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Insights from my first time on the ground helping others

At the beginning of September, I had the opportunity to travel to Prince George, B.C. in response to the B.C. Wildfires as a Communications Responder. During my time there, I had a chance to experience, support, and learn about the operations of a disaster response for the first time. If I had to describe my deployment experience in two words I’d say: eye-opening and fulfilling. Here are three insights that best capture my deployment experience:

How people are learning about stress management one year after B.C. wildfires

​While the fire was over, the stress remained in 100 Mile House, a small community in the B.C. interior that evacuated for 16 days during the 2017 wildfires.

The Packing House: road to recovery one year after B.C. fires

​The Packing House is a meeting place for the people of Spences Bridge, whether it’s to have a cup of coffee, catch up on the latest news and gossip, or chat with owner and local politician Steve Rice.
It’s also a stopping point for people on the road to elsewhere in B.C. Or, it was, until last summer when massive wildfires stopped the flow of tourist traffic through Spences Bridge.

Bill and Paula Green: Making a difference together

In the spirit of Valentine's Day, read about Bill and Paula Green, who have been married for 32 years and have volunteered together with the Canadian Red Cross for 11. 

How Red Cross supports mental health in emergencies and beyond

When a disaster strikes, the Canadian Red Cross quickly mobilizes to meet people’s basic needs: shelter, food, clothing, registration and so on. But there’s another aspect of the Red Cross response that’s perhaps not as well-known, but is equally important to the people impacted by the disaster:  our work to support psychosocial wellbeing in times of crisis and through the long recovery phase after disasters.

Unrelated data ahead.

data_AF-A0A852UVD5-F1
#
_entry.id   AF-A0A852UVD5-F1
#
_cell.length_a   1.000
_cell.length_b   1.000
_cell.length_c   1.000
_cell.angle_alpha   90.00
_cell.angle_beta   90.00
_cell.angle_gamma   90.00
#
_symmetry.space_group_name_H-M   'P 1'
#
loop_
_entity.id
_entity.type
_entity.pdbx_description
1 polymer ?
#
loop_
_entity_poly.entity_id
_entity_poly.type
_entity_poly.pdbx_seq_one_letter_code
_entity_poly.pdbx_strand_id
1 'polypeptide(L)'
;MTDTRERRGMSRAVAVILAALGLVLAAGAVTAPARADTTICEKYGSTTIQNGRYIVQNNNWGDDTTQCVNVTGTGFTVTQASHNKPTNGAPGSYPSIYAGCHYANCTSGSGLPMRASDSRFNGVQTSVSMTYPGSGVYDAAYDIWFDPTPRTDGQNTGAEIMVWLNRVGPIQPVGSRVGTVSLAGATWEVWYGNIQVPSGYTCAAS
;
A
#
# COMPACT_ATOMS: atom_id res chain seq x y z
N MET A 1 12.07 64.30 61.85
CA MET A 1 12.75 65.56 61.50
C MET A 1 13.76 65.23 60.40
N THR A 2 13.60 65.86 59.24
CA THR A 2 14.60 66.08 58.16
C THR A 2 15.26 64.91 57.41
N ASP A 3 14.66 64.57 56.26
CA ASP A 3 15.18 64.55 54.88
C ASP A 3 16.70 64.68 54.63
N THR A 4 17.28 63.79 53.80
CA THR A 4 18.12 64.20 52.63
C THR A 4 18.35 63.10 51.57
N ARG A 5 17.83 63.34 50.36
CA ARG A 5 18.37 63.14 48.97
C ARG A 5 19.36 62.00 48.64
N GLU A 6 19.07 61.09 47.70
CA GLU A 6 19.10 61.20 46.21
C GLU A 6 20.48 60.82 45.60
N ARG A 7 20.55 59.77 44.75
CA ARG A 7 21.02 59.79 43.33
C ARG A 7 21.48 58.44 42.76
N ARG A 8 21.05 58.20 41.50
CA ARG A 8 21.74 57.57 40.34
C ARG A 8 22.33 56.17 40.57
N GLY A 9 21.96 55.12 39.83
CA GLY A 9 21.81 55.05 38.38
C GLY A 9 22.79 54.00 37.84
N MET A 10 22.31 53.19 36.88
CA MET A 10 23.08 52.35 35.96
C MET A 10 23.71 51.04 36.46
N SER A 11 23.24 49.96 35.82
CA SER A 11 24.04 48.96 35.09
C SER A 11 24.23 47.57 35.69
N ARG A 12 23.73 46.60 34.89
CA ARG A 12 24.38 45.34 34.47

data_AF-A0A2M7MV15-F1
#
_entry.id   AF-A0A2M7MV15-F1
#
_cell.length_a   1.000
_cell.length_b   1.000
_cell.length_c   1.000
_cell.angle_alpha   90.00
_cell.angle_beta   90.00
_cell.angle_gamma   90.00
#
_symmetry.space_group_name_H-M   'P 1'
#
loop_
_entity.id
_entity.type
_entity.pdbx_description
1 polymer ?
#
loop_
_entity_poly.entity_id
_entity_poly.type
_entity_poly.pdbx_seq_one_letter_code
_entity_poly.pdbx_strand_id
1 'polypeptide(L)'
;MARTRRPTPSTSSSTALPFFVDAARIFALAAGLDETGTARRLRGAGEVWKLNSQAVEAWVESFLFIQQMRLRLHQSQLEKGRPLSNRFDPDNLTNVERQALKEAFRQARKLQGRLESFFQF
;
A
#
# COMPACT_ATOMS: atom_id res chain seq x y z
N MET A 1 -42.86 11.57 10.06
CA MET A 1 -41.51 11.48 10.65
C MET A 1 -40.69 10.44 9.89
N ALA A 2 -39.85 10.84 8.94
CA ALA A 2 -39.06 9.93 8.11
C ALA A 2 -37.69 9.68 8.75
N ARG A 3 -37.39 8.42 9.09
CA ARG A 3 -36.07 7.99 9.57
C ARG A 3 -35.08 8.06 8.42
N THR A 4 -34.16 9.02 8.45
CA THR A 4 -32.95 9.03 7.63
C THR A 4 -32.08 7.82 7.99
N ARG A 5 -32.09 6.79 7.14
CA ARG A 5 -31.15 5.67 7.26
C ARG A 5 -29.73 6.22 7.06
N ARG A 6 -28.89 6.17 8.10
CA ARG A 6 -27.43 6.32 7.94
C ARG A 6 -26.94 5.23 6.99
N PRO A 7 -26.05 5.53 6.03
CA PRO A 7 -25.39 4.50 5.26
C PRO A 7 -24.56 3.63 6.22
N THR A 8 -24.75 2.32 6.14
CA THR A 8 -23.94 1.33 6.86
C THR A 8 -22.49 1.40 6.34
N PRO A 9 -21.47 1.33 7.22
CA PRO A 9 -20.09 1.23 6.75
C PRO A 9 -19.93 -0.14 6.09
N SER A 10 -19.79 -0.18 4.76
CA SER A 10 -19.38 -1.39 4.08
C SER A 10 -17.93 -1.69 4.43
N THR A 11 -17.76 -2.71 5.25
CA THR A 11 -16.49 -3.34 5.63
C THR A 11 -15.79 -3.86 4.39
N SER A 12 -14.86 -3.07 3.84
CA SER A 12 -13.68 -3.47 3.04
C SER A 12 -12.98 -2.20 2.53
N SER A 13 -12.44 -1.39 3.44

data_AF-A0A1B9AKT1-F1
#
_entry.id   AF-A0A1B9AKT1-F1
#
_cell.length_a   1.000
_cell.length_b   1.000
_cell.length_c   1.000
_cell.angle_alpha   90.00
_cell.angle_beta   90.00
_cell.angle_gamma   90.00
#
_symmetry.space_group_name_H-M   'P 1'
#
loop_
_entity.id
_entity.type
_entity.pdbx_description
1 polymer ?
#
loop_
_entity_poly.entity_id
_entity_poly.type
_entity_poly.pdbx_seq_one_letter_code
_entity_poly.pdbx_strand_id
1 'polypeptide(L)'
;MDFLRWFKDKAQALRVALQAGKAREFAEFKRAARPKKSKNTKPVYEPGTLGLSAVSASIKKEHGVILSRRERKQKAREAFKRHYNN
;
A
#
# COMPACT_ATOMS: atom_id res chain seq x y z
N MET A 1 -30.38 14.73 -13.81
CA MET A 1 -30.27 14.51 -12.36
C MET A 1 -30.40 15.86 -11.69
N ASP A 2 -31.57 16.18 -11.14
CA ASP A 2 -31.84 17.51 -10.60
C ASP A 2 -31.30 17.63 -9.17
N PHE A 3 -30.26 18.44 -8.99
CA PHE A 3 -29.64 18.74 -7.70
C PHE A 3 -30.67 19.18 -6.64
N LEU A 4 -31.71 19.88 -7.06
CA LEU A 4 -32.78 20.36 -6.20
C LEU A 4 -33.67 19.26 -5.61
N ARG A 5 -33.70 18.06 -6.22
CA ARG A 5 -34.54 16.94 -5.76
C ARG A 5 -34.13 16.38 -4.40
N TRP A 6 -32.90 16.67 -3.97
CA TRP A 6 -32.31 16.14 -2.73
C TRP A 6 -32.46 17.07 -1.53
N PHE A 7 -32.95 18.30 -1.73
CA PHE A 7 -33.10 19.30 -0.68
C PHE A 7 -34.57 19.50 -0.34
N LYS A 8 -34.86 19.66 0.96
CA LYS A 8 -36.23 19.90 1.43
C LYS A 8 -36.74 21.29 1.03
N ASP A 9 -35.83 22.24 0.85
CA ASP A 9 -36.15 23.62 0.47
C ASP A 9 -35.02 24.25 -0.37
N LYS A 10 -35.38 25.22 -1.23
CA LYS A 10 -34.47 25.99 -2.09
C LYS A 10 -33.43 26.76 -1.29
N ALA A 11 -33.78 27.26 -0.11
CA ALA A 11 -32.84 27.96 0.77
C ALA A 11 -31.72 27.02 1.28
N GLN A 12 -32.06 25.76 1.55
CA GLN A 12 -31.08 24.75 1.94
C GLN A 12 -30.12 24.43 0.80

Moving through recovery: a guide during the holidays

The holidays can be difficult for some, including those who have experienced an emergency or disaster such as wildfires and flooding that affected many throughout the country this year. We’ve gathered some information on stress as well as tips for taking care of yourself and others during the holidays in this booklet, Moving through Recovery: a guide during the holidays.

After the evacuation, giving back through volunteering

When Williams Lake resident Cindy Lahaise returned home after having to evacuate this summer, she decided she wanted to help her community recover. Cindy jumped at the chance to become a volunteer with the Canadian Red Cross at her local resiliency centre. 

The kindness of strangers

Four days before the evacuation order was issued for the town of Williams Lake, Danny and Leeyann Allan made the decision to leave their home and head up to Prince George. They shared with us about some of the kindness they found along the way. 

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The purpose of this blog, quite simply, is to talk. This blog is an opportunity for Red Cross staff, volunteers, supporters and friends to share stories about what is happening in your community and the important work you are doing. It is a tool that will help keep all of us connected.

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